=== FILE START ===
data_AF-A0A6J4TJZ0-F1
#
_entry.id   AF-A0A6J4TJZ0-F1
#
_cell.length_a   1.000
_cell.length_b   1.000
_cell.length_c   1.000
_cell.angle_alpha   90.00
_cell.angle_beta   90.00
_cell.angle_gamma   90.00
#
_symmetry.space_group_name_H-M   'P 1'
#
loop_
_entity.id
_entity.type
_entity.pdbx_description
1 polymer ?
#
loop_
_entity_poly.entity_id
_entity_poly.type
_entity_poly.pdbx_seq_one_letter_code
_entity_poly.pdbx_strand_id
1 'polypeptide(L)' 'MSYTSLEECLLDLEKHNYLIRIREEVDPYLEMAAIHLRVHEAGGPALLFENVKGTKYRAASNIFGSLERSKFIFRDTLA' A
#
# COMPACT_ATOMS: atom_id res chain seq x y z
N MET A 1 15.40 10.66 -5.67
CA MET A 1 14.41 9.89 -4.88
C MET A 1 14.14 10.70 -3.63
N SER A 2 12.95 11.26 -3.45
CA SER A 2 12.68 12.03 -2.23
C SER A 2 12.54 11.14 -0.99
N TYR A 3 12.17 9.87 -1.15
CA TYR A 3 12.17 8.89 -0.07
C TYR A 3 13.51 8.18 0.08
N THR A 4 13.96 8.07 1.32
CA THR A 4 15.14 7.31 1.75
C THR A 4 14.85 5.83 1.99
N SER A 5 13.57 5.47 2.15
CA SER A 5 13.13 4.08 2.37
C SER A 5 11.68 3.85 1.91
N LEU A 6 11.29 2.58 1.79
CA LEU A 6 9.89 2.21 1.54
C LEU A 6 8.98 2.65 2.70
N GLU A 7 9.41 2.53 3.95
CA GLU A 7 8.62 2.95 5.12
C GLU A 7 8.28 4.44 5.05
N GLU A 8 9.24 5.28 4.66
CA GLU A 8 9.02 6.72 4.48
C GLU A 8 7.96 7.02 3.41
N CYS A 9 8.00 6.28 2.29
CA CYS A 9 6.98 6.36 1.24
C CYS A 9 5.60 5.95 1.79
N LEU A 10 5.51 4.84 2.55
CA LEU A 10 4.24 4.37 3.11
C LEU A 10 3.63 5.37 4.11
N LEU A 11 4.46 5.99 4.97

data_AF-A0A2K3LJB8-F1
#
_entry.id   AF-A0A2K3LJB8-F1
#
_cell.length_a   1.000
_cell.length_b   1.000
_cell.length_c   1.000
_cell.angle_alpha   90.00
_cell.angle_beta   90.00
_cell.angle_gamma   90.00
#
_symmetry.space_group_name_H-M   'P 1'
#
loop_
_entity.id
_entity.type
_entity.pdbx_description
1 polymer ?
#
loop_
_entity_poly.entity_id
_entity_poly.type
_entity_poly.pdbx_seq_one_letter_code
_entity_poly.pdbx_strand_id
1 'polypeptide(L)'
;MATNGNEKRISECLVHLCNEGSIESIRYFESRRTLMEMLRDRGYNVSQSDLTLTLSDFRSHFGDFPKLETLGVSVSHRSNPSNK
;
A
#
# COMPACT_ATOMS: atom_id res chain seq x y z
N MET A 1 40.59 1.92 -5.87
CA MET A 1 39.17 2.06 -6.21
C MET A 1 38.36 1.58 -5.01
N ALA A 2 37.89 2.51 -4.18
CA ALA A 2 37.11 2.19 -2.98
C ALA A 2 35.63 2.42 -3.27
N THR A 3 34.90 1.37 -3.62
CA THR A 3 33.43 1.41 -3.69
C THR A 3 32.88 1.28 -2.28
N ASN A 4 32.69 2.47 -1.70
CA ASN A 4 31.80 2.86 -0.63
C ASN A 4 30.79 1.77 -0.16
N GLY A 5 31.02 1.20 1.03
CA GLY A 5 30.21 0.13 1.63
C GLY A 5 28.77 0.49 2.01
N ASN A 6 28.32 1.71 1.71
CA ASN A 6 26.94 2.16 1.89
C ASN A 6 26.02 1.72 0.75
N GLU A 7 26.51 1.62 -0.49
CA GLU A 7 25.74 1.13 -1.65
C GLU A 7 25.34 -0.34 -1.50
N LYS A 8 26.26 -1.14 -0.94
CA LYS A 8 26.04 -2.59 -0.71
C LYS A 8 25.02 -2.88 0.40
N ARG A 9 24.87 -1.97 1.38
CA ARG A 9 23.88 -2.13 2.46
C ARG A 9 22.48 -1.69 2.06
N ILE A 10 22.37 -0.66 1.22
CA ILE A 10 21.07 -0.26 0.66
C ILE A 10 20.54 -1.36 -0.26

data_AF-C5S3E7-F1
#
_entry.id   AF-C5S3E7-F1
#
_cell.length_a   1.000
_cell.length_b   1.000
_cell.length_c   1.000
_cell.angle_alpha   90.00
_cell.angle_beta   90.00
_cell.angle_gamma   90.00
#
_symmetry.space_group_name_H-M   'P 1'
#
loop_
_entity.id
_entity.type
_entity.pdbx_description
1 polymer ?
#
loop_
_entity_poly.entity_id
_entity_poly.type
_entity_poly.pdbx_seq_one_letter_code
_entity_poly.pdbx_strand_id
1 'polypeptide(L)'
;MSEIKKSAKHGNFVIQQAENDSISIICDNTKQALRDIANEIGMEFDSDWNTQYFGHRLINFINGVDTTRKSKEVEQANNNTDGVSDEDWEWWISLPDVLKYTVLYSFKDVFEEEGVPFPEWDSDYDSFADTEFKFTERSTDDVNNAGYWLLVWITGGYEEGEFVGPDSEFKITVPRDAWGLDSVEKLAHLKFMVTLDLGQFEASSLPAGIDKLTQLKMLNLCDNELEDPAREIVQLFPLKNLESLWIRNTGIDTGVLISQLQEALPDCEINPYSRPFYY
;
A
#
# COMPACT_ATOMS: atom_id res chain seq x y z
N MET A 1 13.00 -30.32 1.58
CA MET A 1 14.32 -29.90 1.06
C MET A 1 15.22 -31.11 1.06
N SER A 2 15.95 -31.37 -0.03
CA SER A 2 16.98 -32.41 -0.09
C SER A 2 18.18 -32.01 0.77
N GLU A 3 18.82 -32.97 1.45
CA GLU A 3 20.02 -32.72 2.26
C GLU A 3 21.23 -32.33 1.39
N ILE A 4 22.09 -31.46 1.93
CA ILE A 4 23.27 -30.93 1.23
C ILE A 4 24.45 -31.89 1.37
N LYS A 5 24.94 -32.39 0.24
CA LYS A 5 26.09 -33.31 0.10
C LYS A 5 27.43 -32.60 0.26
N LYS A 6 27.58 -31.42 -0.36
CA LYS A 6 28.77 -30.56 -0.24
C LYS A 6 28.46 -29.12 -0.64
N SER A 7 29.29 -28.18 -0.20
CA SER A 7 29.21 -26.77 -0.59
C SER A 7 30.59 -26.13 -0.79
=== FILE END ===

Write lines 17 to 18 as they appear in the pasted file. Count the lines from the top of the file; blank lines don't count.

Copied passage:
_entity.pdbx_description
1 polymer ?